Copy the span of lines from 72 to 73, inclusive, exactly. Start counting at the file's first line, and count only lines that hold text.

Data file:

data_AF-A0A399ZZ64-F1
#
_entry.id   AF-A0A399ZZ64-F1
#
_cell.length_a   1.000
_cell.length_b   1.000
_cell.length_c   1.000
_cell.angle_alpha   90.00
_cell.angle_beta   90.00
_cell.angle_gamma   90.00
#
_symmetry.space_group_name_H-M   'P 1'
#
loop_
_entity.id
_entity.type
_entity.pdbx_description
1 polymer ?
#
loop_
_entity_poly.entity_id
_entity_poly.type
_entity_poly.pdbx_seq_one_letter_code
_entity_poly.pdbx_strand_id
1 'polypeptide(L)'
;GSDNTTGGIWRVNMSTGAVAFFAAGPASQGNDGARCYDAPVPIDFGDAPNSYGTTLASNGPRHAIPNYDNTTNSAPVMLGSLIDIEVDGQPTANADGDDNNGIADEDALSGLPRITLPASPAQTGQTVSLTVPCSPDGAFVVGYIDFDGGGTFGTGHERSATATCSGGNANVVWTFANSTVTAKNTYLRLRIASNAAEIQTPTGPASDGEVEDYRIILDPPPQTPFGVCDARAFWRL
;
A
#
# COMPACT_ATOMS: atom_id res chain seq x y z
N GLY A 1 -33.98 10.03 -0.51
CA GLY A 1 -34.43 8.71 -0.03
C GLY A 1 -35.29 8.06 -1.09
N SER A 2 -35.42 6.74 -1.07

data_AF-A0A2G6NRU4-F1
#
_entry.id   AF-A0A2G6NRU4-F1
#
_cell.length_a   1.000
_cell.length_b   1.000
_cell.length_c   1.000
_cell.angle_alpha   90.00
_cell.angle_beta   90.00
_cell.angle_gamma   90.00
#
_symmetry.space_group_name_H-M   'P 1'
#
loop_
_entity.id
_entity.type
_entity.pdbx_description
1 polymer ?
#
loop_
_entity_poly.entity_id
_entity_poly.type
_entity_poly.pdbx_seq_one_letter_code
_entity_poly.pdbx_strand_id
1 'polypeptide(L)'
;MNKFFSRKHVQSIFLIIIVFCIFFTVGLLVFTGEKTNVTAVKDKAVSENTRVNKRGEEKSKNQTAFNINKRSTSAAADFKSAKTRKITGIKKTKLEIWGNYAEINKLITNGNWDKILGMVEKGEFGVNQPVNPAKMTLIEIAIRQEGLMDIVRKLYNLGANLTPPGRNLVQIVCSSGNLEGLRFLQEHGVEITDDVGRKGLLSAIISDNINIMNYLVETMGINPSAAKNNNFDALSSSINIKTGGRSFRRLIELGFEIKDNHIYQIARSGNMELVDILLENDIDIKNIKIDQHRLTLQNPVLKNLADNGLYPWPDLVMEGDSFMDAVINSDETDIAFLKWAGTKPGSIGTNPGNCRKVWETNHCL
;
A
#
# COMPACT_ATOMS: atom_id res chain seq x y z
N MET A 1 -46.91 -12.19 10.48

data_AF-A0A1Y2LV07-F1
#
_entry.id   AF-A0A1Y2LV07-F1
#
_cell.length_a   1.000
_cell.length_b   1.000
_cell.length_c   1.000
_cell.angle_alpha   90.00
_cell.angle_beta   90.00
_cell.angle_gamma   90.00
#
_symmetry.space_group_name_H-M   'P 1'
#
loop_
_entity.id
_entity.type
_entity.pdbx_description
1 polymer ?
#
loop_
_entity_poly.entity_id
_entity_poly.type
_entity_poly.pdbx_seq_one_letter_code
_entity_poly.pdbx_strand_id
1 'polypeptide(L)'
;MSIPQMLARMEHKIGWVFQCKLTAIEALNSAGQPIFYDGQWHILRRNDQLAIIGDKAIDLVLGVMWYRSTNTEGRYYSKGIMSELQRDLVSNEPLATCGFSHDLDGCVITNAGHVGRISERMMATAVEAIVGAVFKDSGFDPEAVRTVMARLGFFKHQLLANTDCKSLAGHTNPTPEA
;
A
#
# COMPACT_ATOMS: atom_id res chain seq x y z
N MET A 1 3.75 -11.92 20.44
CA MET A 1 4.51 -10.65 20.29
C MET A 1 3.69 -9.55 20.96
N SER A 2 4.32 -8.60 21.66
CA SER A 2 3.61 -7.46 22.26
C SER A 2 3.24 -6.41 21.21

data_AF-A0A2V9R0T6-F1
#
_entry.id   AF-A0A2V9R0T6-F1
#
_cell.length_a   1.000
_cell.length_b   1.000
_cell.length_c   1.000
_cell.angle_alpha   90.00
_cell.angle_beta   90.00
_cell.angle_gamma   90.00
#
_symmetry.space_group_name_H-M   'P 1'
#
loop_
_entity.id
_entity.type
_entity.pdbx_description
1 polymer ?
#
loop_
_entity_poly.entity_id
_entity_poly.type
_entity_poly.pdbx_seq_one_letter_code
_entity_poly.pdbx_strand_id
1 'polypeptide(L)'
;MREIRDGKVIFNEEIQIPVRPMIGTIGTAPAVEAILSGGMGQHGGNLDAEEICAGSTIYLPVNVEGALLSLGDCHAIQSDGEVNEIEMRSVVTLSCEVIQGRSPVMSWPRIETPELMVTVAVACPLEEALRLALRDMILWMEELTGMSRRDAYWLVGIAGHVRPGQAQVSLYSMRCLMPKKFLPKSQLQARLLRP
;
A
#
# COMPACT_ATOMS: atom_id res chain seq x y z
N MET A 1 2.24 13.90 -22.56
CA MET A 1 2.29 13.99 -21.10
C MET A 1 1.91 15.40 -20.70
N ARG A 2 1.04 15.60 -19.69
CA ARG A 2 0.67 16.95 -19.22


_cell.length_c   1.000
_cell.angle_alpha   90.00